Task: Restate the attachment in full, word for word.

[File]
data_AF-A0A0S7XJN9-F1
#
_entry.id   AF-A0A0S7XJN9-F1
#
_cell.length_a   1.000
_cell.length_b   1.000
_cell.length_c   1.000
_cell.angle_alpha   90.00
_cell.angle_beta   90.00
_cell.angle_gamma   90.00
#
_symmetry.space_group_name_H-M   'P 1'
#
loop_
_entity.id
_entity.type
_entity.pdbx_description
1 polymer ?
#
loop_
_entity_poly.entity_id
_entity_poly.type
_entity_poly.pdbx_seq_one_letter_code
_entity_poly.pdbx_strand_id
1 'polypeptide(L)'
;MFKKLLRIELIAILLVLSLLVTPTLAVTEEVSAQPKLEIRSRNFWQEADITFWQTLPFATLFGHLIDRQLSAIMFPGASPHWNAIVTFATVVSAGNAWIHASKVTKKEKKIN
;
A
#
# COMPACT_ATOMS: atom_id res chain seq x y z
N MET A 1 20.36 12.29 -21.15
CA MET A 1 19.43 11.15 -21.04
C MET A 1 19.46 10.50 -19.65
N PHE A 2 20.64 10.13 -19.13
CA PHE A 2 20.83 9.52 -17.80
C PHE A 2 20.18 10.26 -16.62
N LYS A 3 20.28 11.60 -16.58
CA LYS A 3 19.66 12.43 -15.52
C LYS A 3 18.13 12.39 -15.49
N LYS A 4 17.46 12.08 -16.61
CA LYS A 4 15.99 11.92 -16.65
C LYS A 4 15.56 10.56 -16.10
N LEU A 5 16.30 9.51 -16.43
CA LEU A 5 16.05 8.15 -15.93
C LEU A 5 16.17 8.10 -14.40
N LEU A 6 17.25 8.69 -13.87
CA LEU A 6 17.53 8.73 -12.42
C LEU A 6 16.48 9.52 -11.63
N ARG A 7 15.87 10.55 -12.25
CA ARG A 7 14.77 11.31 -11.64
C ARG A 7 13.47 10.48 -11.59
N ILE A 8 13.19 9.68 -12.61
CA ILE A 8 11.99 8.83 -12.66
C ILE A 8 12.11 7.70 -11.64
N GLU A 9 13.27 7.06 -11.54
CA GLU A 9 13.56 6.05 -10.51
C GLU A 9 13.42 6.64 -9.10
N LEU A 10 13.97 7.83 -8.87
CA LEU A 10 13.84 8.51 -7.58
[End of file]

data_AF-A0A0S7XJN9-F1
#
_entry.id   AF-A0A0S7XJN9-F1
#
_cell.length_a   1.000
_cell.length_b   1.000
_cell.length_c   1.000
_cell.angle_alpha   90.00
_cell.angle_beta   90.00
_cell.angle_gamma   90.00
#
_symmetry.space_group_name_H-M   'P 1'
#
loop_
_entity.id
_entity.type
_entity.pdbx_description
1 polymer ?
#
loop_
_entity_poly.entity_id
_entity_poly.type
_entity_poly.pdbx_seq_one_letter_code
_entity_poly.pdbx_strand_id
1 'polypeptide(L)'
;MFKKLLRIELIAILLVLSLLVTPTLAVTEEVSAQPKLEIRSRNFWQEADITFWQTLPFATLFGHLIDRQLSAIMFPGASPHWNAIVTFATVVSAGNAWIHASKVTKKEKKIN
;
A
#
# COMPACT_ATOMS: atom_id res chain seq x y z
N MET A 1 20.36 12.29 -21.15
CA MET A 1 19.43 11.15 -21.04
C MET A 1 19.46 10.50 -19.65
N PHE A 2 20.64 10.13 -19.13
CA PHE A 2 20.83 9.52 -17.80
C PHE A 2 20.18 10.26 -16.62
N LYS A 3 20.28 11.60 -16.58
CA LYS A 3 19.66 12.43 -15.52
C LYS A 3 18.13 12.39 -15.49
N LYS A 4 17.46 12.08 -16.61
CA LYS A 4 15.99 11.92 -16.65
C LYS A 4 15.56 10.56 -16.10
N LEU A 5 16.30 9.51 -16.43
CA LEU A 5 16.05 8.15 -15.93
C LEU A 5 16.17 8.10 -14.40
N LEU A 6 17.25 8.69 -13.87
CA LEU A 6 17.53 8.73 -12.42
C LEU A 6 16.48 9.52 -11.63
N ARG A 7 15.87 10.55 -12.25
CA ARG A 7 14.77 11.31 -11.64
C ARG A 7 13.47 10.48 -11.59
N ILE A 8 13.19 9.68 -12.61
CA ILE A 8 11.99 8.83 -12.66
C ILE A 8 12.11 7.70 -11.64
N GLU A 9 13.27 7.06 -11.54
CA GLU A 9 13.56 6.05 -10.51
C GLU A 9 13.42 6.64 -9.10
N LEU A 10 13.97 7.83 -8.87
CA LEU A 10 13.84 8.51 -7.58